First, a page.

As hybrid and remote work become more commonplace, experts seek clarity from the Union Budget 2022 on tax implications for companies operating in SEZs and on WFH allowances.
IT industry body Nasscom
Emerging from the COVID-19 pandemic, the industry is implementing a hybrid working model where, unlike in the past, work will happen both on-site and remotely as a matter of routine.
Earlier, this was considered a 'temporary' requirement but now it will just be a way of working. The industry is concerned that an aggressive interpretation of Section 10AA of the Income Tax Act could lead to instances where officials may consider that work done remotely by workers of the SEZ Unit is ineligible for the tax holiday.
Clarify by way of explanation to the section that 'Work from Home' (WFH) by employees of Special Economic Zones (SEZ) unit would not affect the eligibility of tax holiday available under the section. The section allows taxpayers deductions for businesses established in SEZs.
Mahesh Jaising, Partner, Deloitte
As we emerge from the pandemic, many companies are exploring hybrid models, wherein employees will work both onsite and remotely. There is a need to explicitly recognise this model for Special Economic Zone units without any impact on indirect tax benefits claimed by the companies.
As employees are working from home across businesses, they are likely to incur additional Work from Home (WFH) related expenditures such as internet charges, rent, electricity, furniture, etc., and therefore, employers would need to provide allowances to meet these expenditures.
In the UK, the government has provided a flat rate of GBP 6 per week of tax relief for additional household costs, if one has to work from home. It is recommended that an additional deduction of the WFH allowance of Rs 50,000 be given to employees who are working from home
Lohit Bhatia, President- Workforce Management, Quess Corp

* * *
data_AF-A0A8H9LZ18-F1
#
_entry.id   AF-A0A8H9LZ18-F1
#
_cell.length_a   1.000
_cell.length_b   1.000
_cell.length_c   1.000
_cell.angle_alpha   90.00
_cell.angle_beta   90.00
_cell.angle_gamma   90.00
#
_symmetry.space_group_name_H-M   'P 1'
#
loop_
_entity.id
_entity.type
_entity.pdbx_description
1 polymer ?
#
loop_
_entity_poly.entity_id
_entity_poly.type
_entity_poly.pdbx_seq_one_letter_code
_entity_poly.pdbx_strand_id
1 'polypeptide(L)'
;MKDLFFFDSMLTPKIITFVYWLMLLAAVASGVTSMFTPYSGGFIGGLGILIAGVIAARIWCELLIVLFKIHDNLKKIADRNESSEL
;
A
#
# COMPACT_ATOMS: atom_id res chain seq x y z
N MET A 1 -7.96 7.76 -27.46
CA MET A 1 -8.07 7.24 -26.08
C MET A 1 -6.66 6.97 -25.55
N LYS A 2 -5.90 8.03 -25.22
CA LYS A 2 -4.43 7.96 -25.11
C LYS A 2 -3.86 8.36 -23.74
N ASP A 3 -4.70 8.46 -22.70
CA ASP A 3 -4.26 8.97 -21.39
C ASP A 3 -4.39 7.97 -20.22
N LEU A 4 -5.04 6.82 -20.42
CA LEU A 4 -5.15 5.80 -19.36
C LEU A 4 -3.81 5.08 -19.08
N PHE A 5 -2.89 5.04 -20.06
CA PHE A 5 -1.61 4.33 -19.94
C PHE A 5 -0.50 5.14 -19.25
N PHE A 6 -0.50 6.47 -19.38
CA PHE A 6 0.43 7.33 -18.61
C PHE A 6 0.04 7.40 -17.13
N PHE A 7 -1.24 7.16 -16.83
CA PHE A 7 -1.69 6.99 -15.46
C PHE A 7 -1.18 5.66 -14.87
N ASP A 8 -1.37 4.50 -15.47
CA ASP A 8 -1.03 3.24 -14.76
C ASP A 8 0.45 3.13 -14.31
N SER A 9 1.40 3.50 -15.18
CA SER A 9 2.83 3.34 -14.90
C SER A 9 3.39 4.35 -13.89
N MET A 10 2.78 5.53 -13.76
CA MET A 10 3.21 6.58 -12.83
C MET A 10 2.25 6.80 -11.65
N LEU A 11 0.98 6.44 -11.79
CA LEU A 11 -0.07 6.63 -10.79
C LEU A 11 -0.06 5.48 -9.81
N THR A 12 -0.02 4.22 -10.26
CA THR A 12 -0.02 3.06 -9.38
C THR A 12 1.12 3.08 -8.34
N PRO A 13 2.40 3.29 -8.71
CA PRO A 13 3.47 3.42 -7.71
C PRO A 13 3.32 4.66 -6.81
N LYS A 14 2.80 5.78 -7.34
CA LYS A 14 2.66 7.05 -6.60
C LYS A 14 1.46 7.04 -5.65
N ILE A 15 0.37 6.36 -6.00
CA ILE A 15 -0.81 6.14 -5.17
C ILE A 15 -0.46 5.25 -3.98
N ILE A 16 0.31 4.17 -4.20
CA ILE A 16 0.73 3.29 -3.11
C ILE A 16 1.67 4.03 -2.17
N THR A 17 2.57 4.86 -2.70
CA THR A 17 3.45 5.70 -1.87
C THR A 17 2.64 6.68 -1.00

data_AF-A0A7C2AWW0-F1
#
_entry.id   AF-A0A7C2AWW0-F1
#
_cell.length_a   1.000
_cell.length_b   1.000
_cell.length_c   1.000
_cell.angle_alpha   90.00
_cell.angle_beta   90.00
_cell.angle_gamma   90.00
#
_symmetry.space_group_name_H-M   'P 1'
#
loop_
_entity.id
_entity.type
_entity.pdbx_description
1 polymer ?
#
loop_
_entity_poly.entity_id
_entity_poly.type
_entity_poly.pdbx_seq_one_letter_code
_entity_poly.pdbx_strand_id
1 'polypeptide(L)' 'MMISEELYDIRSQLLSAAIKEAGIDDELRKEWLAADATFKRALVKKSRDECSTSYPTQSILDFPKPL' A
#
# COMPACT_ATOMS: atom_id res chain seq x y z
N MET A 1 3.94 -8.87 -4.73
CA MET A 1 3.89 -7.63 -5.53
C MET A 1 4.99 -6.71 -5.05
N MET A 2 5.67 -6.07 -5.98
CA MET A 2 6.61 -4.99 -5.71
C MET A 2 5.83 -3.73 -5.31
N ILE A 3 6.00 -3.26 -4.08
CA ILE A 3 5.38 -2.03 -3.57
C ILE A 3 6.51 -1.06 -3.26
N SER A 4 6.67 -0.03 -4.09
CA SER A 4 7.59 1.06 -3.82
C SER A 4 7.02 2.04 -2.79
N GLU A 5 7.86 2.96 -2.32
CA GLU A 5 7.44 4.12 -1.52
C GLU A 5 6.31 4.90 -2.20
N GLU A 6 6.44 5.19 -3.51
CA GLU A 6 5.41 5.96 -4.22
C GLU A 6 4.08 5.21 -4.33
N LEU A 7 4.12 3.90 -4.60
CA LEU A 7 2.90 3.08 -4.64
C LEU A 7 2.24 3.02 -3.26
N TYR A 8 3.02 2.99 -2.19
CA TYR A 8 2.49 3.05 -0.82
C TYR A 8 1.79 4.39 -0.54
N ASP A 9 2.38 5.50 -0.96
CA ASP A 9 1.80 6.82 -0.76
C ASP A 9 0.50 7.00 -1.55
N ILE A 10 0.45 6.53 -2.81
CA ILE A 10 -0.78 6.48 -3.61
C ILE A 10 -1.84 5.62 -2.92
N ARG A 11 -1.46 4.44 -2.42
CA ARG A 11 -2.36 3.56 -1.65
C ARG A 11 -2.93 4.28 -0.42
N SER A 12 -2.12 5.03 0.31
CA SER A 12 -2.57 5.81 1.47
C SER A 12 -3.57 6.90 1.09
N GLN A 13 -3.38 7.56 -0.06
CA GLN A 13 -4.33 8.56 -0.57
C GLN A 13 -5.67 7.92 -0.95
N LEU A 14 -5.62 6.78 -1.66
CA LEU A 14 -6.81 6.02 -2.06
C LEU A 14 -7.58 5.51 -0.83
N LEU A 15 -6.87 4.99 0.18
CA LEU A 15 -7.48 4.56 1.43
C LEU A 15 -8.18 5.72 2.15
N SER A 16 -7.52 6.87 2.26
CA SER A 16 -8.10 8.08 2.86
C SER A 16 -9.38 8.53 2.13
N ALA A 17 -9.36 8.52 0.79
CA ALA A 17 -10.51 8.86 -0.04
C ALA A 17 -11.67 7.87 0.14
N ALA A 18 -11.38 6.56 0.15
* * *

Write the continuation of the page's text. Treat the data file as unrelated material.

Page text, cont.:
As the COVID-19 pandemic and subsequent protocols have created an environment in which employees are today working from anywhere, they should be supplemented for additional expenses that are incurred while working from home, such as electrical expenses, internet and connectivity expenses, office furniture as well as a one-time setup cost.
To address this one-time set-up cost, up to Rs 50,000 for the financial year can be provided and average support expenses up to Rs 5000 per month or Rs 60,000 per annum can be allocated as tax-deductible expenses over and above the section 80C.
Roopank Chaudhary, partner for human capital business at Aon
Given the current situation of the pandemic and the medium to long term effectiveness and usage of hybrid/remote working models, WFH and its consequent financial impact on employees is clearly a big issue that may be addressed in the 2022 Union Budget.
There could be a strong case for specific additional allowances for work from home-related expenses like office furniture, rent, broadband charges, better gadgets, or possibly a new deduction/tax relief for home office expenses in the budget.
From a health and wellness standpoint, a higher medical cover for employees that covers both mental as well as physical health could be a welcome consideration as the long-term adverse impact of the pandemic has been severe.
Rajul Mathur, Consulting Head - Talent and Rewards India, WTW
In the current work from home/hybrid work model for most organisations, home has become like an office and the expenses that are incurred by employees to manage work should be eligible for tax benefits or a standard limit should be provided.
Pooja Prabhakar, CEO & Managing Partner of employment law firm BCP Associates
WFH and hybrid working is an evolving work culture that is mutually benefiting both employees and organisations. Issues like the pandemic that propelled this culture, is actually helping growth in employment rather than affecting employment opportunities. Any tax burden or constraints under labour laws would therefore be detrimental to the overall ecosystem.
Raj Khosla, Founder and MD of fintech firm MyMoneyMantra.com
Many companies provide laptops, computers and furniture to employees to work from home. Others give a fixed allowance to employees to bear the cost of remote working. The budget should clarify how these costs are to be accounted for by companies as well as provide some relief for such allowances to employees. Such payments should be exempt from tax in the hands of employees if supported by actual bills.
Yogesh Agarwal, Founder & CEO of Onsurity employee healthcare platform for startups and MSMEs
The new normal of 'work-from-home' policy being adopted by the companies has induced people to buy properties in their hometown, especially Tier-2 or Tier-3 cities. An increase in home loan interest rate deduction from Rs 1.5 lakh to Rs 5 lakh per annum, can give the much-needed fillip to the investment multiplier.
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